Getting the first phases of a project car moving in the right direction can be the most crucial. You may have your mind made up about how you want your car to look, drive, and sound, but to get there you'll need to do a little research in order to compile the right parts for your ride.
Some guys are set on having a good-looking car without all the handling "bells and whistles." That's fine for some, but others need to get the most bang for their hard-earned buck and will want their car to perform as well as, if not better than, it looks. So keep in mind, wheels, tires, stance, sound, and paint all play an important part in the final outcome. Whether it's a winning track combination or a show car winner, it's all up to your personal taste.
It's no secret that we here at Camaro Performers like to go fast in as many directions as possible. Going straight is cool, but the opportunity to hang it all out in the corners is a rush that we can't seem to get enough of.
Our 2001 Chevy Camaro Z28, known as Black Betty, is pretty much in the beginning stages of receiving performance upgrades, so we decided to jump right into the suspension aspect of the car. Besides going for an aggressive look, we need our project car to handle as good or better than any fourth-gen out there.
We knew Global West Suspension, in San Bernardino, California, makes some serious handling components for fourth-gens, so we gave them a call and told them we wanted to turn our stock Z28 into a wicked-handling car that could perform well on the street and pull off some quick times on the autocross or road course.
Global West Owner Doug Norrdin is a racer himself and has been setting up performance and race cars since the early '80s, so we knew our project was in the right hands. Besides, the desperation in our voice was a dead giveaway that we would settle for nothing less than the best suspension components available for our car. Doug graciously opened up the Global West catalog and pointed us to a host of suspension upgrades that would help get our Camaro in and out of corners quickly and efficiently.
The rear suspension upgrade for our fourth-gen features rear lower control arms, antisquat brackets, Traclink torque arm, Eibach springs (keep in mind that this is racing, so Doug made us promise not to print the spring rates), and panhard bar. Up front, he suggested we go with their lower control arm bearing kit (it installs directly into your stock control arms) tubular upper control arms, coilover conversion kit that includes springs, thrust bearing kit, 3-inch helper spring, helper spring adapter, and upper spring mount. For shocks, we went with QA1 double-adjustable coilovers (PN DOE7855P) up front and QA1 double-adjustable out back (PN DTC2502P).
Normally, we would bang out this suspension installation in one article, but since there are so many important details to go over, we're going to have to do this in two parts.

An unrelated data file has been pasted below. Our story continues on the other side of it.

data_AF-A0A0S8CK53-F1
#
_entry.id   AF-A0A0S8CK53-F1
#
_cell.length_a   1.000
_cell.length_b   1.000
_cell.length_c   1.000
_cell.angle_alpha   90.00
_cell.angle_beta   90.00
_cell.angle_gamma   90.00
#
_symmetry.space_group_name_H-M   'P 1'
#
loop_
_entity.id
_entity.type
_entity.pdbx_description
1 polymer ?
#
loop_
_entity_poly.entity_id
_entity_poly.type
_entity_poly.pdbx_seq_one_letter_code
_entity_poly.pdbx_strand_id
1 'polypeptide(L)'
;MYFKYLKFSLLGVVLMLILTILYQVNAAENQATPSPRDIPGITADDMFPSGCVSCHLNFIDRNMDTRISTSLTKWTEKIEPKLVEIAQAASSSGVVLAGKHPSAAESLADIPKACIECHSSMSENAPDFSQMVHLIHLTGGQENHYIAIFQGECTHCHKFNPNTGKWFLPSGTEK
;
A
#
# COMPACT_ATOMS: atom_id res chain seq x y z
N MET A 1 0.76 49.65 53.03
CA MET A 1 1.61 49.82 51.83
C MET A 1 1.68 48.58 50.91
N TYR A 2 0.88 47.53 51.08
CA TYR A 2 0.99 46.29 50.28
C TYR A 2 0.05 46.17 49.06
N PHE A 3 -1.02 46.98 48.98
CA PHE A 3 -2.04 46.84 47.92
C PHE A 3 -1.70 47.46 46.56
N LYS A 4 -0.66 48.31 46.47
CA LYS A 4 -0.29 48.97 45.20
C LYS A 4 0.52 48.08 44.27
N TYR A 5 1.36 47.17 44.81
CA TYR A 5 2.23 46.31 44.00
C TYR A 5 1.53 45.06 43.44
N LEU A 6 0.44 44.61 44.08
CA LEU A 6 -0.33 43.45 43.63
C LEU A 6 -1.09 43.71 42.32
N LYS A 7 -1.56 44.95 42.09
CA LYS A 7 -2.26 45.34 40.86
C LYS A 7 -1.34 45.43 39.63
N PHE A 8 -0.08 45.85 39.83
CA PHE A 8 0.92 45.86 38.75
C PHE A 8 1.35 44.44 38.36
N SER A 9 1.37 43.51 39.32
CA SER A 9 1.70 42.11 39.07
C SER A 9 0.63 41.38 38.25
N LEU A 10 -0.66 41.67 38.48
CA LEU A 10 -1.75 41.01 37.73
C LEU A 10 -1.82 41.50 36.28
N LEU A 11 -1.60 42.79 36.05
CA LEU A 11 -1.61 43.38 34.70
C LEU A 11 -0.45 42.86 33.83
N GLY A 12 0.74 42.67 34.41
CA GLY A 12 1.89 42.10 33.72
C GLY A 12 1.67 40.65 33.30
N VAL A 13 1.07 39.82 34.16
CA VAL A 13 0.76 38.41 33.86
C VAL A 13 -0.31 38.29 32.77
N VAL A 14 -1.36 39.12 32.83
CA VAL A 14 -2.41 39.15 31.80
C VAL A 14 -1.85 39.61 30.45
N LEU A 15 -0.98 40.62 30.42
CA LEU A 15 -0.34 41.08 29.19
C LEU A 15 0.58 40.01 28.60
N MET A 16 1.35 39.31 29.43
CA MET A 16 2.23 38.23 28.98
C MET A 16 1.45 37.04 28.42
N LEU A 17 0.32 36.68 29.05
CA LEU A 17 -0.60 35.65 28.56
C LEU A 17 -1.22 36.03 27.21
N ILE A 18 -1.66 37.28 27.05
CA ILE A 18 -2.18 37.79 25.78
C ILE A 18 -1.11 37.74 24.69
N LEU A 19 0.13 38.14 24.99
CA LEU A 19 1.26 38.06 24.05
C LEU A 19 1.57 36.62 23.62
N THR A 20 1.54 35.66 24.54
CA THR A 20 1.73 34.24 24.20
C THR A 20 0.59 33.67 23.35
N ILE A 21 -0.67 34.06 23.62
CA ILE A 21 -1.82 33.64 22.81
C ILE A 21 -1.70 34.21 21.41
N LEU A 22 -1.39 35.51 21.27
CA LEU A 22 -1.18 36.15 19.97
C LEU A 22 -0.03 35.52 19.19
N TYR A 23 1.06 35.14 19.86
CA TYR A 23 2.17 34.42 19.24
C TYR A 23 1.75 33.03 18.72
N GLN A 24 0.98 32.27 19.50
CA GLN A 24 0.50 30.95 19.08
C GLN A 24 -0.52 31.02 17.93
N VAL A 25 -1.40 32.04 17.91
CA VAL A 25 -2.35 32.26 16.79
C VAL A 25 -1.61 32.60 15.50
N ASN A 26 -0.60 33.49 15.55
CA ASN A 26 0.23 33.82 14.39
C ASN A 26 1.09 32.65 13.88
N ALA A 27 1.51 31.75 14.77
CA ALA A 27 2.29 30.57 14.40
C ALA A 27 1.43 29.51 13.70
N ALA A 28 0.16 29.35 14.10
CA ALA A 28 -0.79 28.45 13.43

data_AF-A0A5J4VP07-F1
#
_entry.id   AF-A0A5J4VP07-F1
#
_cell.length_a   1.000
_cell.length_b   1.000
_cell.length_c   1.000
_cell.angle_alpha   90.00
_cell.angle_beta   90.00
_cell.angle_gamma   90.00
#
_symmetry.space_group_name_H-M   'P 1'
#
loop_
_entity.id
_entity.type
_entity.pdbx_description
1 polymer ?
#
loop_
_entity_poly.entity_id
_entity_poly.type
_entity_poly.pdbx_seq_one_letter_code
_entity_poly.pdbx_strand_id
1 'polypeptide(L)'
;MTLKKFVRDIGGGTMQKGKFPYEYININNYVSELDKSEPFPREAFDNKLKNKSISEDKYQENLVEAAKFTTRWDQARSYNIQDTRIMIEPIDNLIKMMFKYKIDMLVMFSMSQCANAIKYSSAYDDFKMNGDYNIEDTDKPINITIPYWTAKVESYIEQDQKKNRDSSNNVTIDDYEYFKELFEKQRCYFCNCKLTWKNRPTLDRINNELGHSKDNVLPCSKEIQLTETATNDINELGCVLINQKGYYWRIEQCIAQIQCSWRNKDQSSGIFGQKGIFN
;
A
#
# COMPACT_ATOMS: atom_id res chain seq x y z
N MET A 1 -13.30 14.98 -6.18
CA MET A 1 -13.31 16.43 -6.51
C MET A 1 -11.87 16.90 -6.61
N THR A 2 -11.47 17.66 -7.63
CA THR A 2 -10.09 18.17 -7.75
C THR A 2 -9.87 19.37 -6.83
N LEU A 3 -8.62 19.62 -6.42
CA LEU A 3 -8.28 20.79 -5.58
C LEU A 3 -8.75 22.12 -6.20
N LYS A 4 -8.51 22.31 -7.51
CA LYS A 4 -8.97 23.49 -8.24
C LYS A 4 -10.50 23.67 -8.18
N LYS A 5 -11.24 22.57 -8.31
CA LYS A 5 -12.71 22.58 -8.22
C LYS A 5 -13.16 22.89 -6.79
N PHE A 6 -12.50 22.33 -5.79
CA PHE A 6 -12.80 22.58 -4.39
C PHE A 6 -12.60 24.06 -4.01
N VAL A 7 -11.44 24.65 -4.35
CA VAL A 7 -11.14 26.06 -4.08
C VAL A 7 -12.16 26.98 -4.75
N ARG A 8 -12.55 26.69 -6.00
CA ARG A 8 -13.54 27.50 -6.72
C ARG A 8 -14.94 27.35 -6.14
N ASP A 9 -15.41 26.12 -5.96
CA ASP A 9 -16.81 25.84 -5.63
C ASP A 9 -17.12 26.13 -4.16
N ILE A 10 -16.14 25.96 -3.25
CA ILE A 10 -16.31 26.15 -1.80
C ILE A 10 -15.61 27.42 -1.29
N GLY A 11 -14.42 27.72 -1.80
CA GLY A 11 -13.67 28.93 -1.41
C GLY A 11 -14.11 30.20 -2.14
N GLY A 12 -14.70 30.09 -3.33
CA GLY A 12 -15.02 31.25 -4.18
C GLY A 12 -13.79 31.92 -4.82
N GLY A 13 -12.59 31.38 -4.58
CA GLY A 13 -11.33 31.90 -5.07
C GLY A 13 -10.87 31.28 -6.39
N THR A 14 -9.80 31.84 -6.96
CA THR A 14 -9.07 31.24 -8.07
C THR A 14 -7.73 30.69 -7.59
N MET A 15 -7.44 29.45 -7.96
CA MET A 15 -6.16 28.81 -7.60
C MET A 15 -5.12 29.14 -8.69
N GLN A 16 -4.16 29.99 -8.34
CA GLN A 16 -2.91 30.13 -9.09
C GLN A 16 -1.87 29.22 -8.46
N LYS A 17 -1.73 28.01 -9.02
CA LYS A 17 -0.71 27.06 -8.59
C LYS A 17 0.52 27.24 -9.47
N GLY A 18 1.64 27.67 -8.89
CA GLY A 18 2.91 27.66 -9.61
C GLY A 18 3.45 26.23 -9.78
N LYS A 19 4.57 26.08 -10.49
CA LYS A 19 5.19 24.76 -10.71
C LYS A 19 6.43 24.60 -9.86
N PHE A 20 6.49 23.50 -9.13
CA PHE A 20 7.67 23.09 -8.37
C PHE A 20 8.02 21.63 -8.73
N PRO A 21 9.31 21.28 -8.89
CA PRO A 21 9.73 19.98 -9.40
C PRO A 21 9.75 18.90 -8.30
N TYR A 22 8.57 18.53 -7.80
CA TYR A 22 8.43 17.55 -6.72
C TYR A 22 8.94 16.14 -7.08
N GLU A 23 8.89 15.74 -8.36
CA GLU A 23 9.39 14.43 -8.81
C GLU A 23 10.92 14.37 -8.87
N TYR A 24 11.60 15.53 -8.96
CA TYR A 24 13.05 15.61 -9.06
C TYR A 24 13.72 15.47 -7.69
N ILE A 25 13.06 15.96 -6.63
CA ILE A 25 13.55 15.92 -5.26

In the first installment, we'll cover what went on in the rear of the car, including subframe connectors and the Global West Traclink. In part two, we'll focus on the front suspension components. We'll also have the results of our testing with stock components compared to how the car improved with the upgraded suspension.
Straight Talk About Cornering
•We have a pretty good handle on what many of the bolt-on suspension components do for our cars, but we thought it would be cool to hear it from the man behind Global West Suspension, Doug Norrdin. We hit him with a few questions regarding what all this stuff actually does.
CP: What is the purpose and benefit of your antisquat kit?
DN: Antisquat kits provide additional holes for bolting the lower control arm to the rearend. Generally, this is to lower the arm at the rearend which, in turn, changes the way the car will apply power to the ground. It is a tool you will use for fine-tuning the suspension, especially if the car is lowered. In most cases, when you lower a third- or fourth-gen Camaro (depending on how low you go), the angle of the lower control arm is pointing down toward the front of the car. This is undesirable for traction. Adjusting the lower arm at the rearend by moving the attachment to a lower location reestablishes a better lower-arm angle and brings back traction.
CP: We understand that subframe connectors control chassis twist, but what other benefits to they provide?
DN: Subframe connectors provide additional structure for safety in case of an accident, and depending on the location of where the subframe begins and terminates, the frames can tie into the pickup points of a rollcage. They greatly reduce flex in the unibody and, on T-top cars, they reduce rattles and even leaks and, for performance driving, they transfer load quicker for improved transitions during cornering.
CP: Many aftermarket suspension companies use larger sway bars with their kits but, on your fourth-gen system, you went with the stock sway bars. What's the main reason for that?
DN: For a lot of the newer applications, the factory sway bars are generally big enough. In many cases, the springs, especially the fronts, are too soft. The manufacturers increase the cornering ability by adding roll stiffness through the larger sway bar. This is fine, however, sway bars only work in cornering and do nothing for straight-line deceleration (nosedive). Going to a bigger bar still won't help that condition, and you can get into a situation where the bar lifts the inside tire because of excessive roll stiffness. Our program is designed to increase the spring rate in the front to reduce nosedive, which will improve braking and cornering ability. This doesn't mean the car will go ridged. What we are going to do is raise the envelope of the car's handling ability. Going to a race spring increases it even further. The question is, at what level of the performance envelope do you what to be?